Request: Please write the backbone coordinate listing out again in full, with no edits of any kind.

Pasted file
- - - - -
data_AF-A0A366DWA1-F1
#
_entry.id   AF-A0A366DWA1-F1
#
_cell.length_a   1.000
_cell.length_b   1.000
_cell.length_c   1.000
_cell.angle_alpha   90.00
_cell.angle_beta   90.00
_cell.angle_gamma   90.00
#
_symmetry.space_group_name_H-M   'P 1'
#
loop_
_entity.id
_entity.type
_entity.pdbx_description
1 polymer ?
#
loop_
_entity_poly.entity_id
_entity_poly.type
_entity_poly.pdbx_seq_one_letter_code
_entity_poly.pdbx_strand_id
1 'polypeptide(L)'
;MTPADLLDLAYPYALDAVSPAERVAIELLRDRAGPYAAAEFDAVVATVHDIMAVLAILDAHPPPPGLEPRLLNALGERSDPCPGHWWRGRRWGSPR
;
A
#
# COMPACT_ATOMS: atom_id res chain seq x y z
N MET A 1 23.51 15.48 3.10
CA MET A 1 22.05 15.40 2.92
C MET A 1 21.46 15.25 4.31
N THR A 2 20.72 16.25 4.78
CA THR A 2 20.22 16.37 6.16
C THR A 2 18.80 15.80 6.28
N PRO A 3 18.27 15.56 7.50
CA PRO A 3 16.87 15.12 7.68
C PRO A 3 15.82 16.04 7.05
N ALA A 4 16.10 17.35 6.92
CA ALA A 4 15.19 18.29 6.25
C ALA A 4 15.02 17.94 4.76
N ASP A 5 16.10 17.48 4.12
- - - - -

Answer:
data_AF-A0A366DWA1-F1
#
_entry.id   AF-A0A366DWA1-F1
#
_cell.length_a   1.000
_cell.length_b   1.000
_cell.length_c   1.000
_cell.angle_alpha   90.00
_cell.angle_beta   90.00
_cell.angle_gamma   90.00
#
_symmetry.space_group_name_H-M   'P 1'
#
loop_
_entity.id
_entity.type
_entity.pdbx_description
1 polymer ?
#
loop_
_entity_poly.entity_id
_entity_poly.type
_entity_poly.pdbx_seq_one_letter_code
_entity_poly.pdbx_strand_id
1 'polypeptide(L)'
;MTPADLLDLAYPYALDAVSPAERVAIELLRDRAGPYAAAEFDAVVATVHDIMAVLAILDAHPPPPGLEPRLLNALGERSDPCPGHWWRGRRWGSPR
;
A
#
# COMPACT_ATOMS: atom_id res chain seq x y z
N MET A 1 23.51 15.48 3.10
CA MET A 1 22.05 15.40 2.92
C MET A 1 21.46 15.25 4.31
N THR A 2 20.72 16.25 4.78
CA THR A 2 20.22 16.37 6.16
C THR A 2 18.80 15.80 6.28
N PRO A 3 18.27 15.56 7.50
CA PRO A 3 16.87 15.12 7.68
C PRO A 3 15.82 16.04 7.05
N ALA A 4 16.10 17.35 6.92
CA ALA A 4 15.19 18.29 6.25
C ALA A 4 15.02 17.94 4.76
N ASP A 5 16.10 17.48 4.12